I have a dilemma and was curious to know whether other egulleters have had similar experiences. Having always refused to live anywhere where you couldn't cook with gas, we moved into a flat without a cooker about a year ago and bought a Bartscher portable one ring induction cooker to tide us over until we'd decided on/ordered our real hob. It was the first time we'd used induction and it was a revelation which turned is into complete converts. When we had guests our favourite party trick was 'guess how long the water takes to boil' and we'd stand around and marvel like it was the 1960s and we were discussing the moon landings.

The only disadvantage seemed to be the price... Anyway we decided to save up for a De Dietrich cooktop which was amazing until the electrics cut out. We returned it to our supplier who had it repaired and then the same thing happened again. This time our French delivery service managed to completely destroy it (another story) so we're back to square one trying to figure out what to get. Meanwhile, our Bartscher cooker died about a year after we bought it (again, it just didn't switch on) we took it back to our supplier who replaced it, but the new one, which theoretically has a lowest wattage of 400 watts (which apparently should give a heat of about 60 degrees celcius), seemed to only want to do furnace style cooking. (It was the same model as our previous one which had been OK.) We took it back, got it replaced, and the new one is just the same. You can forget trying to cook anything that needs to be on a gentle heat, like rice (incinerates it if you leave it on for more than five minutes) but even not so 'sensitive' stuff seems to only get the blast boil treatment.

Maybe both of these brands just aren't all that reliable (although I thought Bartscher was German, which normally is a 'guarantee' of reliability) or maybe we've just had a run of bad luck.

My boyfriend is still convinced induction is the way forward, but I'm starting to get cold feet. I'd be very interested to know if other forum users have encountered similar problems.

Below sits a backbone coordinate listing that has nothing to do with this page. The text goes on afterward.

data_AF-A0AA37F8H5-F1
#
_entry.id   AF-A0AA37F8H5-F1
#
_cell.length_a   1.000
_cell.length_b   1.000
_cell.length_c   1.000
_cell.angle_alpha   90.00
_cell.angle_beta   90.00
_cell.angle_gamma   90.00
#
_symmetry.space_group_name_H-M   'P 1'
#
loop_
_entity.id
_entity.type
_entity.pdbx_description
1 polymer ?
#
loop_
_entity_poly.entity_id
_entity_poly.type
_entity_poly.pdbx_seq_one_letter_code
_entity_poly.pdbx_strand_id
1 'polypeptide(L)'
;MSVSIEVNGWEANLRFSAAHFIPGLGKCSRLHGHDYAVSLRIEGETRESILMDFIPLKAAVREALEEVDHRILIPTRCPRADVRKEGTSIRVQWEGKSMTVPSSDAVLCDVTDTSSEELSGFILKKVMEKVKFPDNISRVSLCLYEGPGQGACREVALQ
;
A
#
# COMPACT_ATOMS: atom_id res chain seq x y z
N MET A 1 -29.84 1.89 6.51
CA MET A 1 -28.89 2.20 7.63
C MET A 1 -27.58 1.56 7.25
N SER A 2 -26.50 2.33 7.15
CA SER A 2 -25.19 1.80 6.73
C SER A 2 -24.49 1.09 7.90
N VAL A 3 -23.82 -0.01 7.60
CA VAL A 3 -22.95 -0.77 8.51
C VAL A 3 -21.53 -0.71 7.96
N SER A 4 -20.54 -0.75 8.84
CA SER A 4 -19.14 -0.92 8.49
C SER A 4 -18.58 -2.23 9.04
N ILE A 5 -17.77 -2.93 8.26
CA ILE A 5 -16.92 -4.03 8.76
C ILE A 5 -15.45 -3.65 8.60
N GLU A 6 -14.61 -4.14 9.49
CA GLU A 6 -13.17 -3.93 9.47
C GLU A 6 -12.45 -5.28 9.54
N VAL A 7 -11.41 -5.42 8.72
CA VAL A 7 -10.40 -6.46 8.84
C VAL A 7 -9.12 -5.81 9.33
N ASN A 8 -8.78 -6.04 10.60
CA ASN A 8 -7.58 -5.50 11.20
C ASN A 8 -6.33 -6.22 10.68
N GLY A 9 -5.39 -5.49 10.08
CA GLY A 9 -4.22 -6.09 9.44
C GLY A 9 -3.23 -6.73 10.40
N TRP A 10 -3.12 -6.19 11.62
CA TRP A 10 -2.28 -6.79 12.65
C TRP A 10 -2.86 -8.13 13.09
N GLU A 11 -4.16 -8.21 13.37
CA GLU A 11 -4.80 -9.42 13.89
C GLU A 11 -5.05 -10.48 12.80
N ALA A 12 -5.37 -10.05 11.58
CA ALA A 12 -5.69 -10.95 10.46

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I have 2 portable induction hobs. More than a year ago I removed all the electric coils from my range and use only these induction hobs for stove top cooking. One is a Eurodib and the other a Salton. Both are low-end. The Eurodib is totally reliable and I can get a lovely bare simmer using it. The Salton, however, is a bit of a pain. I seem to get hot spots, it will shut off unexpectedly if left alone for half an hour or so and I can't get the really gentle simmer on it.

Even with the issues with the Salton I cannot imagine going back to cooking with anything else! My daughter has a brand new high end flat top - yuck - and my electric coils were always a total pain. I can get so much control with induction.

Don't give up. You may just have had some really bad luck!

Anna Nielsen aka "Anna N"

...I just let people know about something I made for supper that they might enjoy, too. That's all it is. (Nigel Slater)

"Cooking is about doing the best with what you have . . . and succeeding." John Thorne

Our 2012 (Kerry Beal and me) Blog

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I had boring reliability (and fun) with a de Dietrich induction hob.

However, when installing it, I was extremely careful to observe the under-counter ventilation and clearance instructions. My guess would be that 'cooking' the electronics might be a real risk if ventilation were ever to be obstructed.

Edited by dougal (log)

"If you wish to make an apple pie from scratch ... you must first invent the universe." - Carl Sagan

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Thank you for all the feedback everyone. Not sure what I think now... Maybe our De Dietrich wasn't installed properly... and our Bartscher is just a crappy brand... and maybe have just had a lot of bad luck... still feeling not entirely convinced though!

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I'll second the de Dietrich recommendation--I've had one for years without a single problem, except for the time we accidentally activated the child-proof lock and for a few days couldn't figure out what was wrong with it. I wouldn't go back to electric.

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  • 2 months later...

I know this is an old topic, but I really need help! (Okay, maybe not as desperately as I make it sound.) But before anything else: